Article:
Historically, studies of early 20th-century Pueblo painting focused on the role non-Native anthropologists, artists and patrons played in fostering and marketing Pueblo art. In the last two decades, there has been a shift in approach spearheaded by scholars in the…
Syracuse Symposium hosts yearlong Perpetual Peace Project
The Syracuse University Humanities Center has announced the Perpetual Peace Project, a joint initiative with the Slought Foundation, the European Union National Institutes of Culture, International Peace Institute and United Nations University through 2011. The project is part of Syracuse Symposium, an annual intellectual and artistic festival whose theme this year is “Conflict: Peace and War,” and is organized and presented by the SU Humanities Center for The College of Arts and Sciences. For more information, contact (315) 443-7192, or visit http://perpetualpeaceproject.org.
The Perpetual Peace Project encompasses a series of public dialogues about possibilities for international peace, based on Immanuel Kant’s landmark essay, “Toward Perpetual Peace: A Philosophical Sketch.” The project encompasses five curatorial initiatives: a feature documentary film and exhibition, both presented at Manhattan’s New Museum of Contemporary Art; a daylong symposium at United Nations Plaza; various workshops and seminars throughout the United States and Europe; and a republication of Kant’s landmark essay.
“The Perpetual Peace Project aspires, at its simplest, to begin a conversation between philosophers who engage with the idea of peace, between practitioners who participate directly in the world of geopolitical conflict, and between governing bodies that have the power to truly make peace a sustainable reality,” says Gregg Lambert, Dean’s Professor of the Humanities and director of the SU Humanities Center. “The conversation starts with a traditional definition of international peace as a relationship between states, while acknowledging contemporary realities of intra-state conflicts, issues of global governance and human security.”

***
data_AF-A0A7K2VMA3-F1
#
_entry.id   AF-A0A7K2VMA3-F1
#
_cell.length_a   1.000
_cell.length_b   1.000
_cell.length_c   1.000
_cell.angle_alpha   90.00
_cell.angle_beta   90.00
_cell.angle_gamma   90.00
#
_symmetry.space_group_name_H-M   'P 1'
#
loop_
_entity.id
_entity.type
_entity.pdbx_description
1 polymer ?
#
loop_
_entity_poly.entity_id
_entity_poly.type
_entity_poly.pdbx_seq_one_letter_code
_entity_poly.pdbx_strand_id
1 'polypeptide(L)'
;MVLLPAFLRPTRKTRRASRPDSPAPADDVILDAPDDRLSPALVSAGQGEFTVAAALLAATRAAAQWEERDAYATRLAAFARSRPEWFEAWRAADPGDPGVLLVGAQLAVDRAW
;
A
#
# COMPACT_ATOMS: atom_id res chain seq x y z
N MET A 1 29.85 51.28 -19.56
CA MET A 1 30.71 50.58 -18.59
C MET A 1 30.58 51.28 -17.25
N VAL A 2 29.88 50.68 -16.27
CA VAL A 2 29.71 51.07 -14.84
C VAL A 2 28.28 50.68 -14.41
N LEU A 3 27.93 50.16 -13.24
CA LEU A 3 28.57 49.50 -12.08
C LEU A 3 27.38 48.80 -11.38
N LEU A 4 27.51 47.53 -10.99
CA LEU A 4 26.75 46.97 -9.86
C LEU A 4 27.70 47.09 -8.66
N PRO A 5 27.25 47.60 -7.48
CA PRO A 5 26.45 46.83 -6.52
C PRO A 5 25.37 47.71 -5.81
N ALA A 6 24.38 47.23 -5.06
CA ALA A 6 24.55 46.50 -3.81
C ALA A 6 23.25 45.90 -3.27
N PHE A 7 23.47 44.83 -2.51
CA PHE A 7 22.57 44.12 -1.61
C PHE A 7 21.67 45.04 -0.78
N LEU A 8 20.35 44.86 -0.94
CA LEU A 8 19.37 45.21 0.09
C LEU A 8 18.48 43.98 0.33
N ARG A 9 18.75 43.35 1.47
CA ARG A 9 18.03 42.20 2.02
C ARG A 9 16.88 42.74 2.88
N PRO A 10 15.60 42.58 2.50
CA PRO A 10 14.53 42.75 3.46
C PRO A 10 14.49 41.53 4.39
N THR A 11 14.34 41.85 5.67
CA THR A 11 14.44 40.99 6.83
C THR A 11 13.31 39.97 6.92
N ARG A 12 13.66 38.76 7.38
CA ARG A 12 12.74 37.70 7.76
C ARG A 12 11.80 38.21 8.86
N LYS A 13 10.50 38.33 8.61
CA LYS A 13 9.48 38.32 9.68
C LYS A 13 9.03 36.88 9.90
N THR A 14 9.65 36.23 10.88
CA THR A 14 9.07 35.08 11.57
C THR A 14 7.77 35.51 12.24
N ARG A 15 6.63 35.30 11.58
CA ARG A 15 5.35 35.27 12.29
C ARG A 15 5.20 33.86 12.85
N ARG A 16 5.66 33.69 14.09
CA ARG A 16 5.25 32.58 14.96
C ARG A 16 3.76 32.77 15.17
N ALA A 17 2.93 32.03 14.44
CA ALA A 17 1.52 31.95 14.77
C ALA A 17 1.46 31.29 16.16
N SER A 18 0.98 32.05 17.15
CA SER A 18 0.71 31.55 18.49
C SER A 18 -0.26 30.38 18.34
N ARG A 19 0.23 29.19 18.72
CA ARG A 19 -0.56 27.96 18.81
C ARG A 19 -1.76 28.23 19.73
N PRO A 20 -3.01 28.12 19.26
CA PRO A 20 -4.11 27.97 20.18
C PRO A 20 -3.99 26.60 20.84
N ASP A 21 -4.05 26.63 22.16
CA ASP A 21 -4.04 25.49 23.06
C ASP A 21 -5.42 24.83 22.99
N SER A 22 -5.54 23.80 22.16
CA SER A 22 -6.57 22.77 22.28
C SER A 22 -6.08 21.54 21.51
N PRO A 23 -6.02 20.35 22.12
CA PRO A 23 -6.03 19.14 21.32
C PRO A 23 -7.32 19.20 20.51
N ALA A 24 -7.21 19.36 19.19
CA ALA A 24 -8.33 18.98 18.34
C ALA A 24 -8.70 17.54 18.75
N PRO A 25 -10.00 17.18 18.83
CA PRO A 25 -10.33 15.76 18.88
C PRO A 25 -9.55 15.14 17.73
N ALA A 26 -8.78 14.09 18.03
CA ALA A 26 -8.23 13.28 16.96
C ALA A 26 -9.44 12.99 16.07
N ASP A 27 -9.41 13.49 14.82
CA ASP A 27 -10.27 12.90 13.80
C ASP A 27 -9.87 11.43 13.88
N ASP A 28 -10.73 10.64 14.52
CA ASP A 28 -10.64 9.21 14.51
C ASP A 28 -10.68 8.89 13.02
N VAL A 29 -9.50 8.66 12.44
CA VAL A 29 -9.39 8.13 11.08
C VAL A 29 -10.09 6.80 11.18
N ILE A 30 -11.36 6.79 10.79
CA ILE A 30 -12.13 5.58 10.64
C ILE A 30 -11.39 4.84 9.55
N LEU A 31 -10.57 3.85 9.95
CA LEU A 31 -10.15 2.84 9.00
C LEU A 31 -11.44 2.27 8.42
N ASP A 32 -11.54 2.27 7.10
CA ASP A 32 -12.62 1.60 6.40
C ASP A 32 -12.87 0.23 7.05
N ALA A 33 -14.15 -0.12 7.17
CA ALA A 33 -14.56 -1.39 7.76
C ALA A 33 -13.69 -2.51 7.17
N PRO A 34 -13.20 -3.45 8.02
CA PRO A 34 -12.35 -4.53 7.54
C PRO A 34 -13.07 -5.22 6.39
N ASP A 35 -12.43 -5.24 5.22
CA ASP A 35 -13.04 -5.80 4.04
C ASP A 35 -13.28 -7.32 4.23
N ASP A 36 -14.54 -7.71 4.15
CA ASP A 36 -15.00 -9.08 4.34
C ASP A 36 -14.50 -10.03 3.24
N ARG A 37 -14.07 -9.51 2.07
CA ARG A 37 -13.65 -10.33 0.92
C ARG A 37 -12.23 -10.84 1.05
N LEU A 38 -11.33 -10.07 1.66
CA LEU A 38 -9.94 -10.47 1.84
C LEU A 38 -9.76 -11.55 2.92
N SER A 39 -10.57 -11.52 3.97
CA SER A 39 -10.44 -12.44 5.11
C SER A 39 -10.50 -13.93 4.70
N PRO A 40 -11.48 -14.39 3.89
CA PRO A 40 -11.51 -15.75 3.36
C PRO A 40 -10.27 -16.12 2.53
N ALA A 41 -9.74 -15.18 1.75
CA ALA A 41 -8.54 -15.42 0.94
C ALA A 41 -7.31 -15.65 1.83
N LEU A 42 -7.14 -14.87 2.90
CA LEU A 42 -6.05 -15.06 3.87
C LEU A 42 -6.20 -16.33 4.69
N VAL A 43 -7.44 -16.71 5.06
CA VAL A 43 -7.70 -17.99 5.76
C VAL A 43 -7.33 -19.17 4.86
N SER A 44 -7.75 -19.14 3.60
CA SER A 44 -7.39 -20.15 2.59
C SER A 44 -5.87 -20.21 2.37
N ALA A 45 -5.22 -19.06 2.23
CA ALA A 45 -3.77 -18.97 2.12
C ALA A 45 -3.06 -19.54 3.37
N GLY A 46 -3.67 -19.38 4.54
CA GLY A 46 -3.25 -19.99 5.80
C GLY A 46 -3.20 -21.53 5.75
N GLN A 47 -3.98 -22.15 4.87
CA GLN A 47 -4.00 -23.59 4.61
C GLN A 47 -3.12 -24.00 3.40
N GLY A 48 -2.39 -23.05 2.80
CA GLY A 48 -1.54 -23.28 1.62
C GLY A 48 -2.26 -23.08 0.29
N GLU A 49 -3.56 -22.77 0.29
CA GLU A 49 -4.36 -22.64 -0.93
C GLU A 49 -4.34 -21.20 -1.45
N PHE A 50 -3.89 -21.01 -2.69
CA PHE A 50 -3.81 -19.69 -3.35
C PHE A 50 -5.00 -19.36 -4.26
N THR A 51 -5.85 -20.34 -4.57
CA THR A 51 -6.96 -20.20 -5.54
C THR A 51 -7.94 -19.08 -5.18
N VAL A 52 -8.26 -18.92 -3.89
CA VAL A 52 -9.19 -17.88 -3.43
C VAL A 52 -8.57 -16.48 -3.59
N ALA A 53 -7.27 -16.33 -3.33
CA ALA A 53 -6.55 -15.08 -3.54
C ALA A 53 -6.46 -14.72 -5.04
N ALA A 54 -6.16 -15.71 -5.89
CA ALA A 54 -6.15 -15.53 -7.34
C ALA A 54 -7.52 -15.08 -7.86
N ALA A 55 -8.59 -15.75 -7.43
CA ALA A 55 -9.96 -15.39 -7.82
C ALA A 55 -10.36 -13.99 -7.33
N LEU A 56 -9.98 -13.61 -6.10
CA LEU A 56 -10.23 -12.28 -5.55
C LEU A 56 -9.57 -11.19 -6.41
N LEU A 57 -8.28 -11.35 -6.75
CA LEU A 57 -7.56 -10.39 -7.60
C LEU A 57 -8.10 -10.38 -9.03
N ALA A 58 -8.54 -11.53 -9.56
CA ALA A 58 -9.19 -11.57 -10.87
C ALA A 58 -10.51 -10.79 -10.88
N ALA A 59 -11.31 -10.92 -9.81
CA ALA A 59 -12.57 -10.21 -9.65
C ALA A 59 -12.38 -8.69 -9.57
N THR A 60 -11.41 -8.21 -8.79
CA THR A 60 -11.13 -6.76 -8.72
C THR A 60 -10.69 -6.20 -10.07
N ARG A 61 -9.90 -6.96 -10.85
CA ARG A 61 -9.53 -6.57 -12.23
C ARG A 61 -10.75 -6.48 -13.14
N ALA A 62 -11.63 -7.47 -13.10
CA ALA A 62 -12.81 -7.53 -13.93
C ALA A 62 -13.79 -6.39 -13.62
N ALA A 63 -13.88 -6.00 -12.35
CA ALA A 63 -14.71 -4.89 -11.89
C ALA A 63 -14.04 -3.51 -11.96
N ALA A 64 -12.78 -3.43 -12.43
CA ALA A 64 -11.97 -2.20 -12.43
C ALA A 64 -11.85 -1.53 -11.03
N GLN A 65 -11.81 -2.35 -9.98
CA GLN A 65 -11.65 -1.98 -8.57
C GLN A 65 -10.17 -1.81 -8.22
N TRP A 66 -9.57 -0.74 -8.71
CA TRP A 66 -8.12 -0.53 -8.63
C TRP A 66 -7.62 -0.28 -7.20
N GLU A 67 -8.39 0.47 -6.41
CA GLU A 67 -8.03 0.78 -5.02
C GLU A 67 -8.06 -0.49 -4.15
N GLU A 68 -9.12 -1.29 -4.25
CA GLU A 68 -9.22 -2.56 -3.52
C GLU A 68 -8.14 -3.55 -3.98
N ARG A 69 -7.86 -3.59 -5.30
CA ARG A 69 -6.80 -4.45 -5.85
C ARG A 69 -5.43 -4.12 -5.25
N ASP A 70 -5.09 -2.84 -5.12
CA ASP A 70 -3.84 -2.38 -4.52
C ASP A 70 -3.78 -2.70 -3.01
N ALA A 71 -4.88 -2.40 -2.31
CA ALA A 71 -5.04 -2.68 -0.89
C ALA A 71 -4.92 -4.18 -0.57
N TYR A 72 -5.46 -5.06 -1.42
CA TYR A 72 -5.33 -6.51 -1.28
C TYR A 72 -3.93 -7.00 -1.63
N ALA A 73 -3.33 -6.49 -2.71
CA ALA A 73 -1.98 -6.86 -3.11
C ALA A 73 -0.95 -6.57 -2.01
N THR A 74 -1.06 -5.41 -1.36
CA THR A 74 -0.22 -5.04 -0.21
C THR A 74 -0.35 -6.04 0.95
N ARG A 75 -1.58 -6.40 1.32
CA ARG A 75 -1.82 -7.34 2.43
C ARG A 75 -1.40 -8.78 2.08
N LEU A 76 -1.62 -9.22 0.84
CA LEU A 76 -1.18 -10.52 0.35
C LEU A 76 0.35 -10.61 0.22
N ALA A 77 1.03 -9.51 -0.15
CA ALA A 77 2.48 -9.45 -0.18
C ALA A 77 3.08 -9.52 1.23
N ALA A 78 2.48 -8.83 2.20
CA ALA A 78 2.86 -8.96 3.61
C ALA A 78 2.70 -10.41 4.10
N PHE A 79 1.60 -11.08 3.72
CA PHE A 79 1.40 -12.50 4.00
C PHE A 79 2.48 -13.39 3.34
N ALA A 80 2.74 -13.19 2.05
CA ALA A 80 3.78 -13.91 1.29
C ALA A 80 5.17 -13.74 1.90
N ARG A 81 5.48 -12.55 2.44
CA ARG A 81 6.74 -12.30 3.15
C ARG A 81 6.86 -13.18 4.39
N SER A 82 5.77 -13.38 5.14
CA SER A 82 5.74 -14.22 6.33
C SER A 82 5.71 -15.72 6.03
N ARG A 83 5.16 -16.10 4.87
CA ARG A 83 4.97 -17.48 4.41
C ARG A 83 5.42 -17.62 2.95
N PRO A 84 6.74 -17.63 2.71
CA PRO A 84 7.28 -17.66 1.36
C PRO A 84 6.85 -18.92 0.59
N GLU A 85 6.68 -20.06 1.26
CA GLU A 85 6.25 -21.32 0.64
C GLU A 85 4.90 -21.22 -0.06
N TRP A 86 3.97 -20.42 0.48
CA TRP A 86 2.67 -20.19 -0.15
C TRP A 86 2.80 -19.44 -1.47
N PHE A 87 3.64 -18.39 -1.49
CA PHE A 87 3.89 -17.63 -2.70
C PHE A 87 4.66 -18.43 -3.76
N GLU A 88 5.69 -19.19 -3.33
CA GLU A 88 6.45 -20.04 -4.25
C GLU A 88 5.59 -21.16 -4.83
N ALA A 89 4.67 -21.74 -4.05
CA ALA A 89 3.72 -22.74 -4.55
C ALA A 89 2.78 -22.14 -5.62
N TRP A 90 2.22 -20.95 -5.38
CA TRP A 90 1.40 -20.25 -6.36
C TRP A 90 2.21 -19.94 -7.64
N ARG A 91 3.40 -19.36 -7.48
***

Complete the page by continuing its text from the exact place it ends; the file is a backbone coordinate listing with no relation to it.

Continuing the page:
More than two years in the making, the Perpetual Peace Project was conceived by Lambert, along with Aaron Levy, founding executive director and chief curator of the Slought Foundation; and Martin Rauchbauer, deputy director and head of the Department of Literature, Drama and Debates of the Austrian Cultural Forum New York. The objective of the initiatives is not to formulate public policy, says Lambert, but to create conditions in which a “peace movement” might occur among the various institutions in the initiative. Among the issues the project aims to address are “non-state actors” on the international scene, new concepts of asymmetric warfare and complex battlefields, post-9/11 security concerns, the fate of international norms governing war and peace, and the prospects for international community and world governance to reduce geopolitical conflict.
Central to the project is Kant’s essay, written on the occasion of the 1795 signing of the Treaty of Basel between Prussia and France. In his essay, the philosopher argues that neighboring nations are inherently hostile, so world peace can be achieved only through the creation of a “federation of free states.” “By espousing international laws and governing bodies, Kant effectively anticipates multilateral institutions like the United Nations and European Union,” notes Lambert, adding that one of the project’s goals is to produce a newly revised and updated version of Kant’s essay, aligned with “limitations and possibilities that define the contemporary world.” “Since Kant’s essay takes the form of an international treaty, each initiative is expected to rewrite a part of the original text. The result is a manifesto for a new world peace,” he says.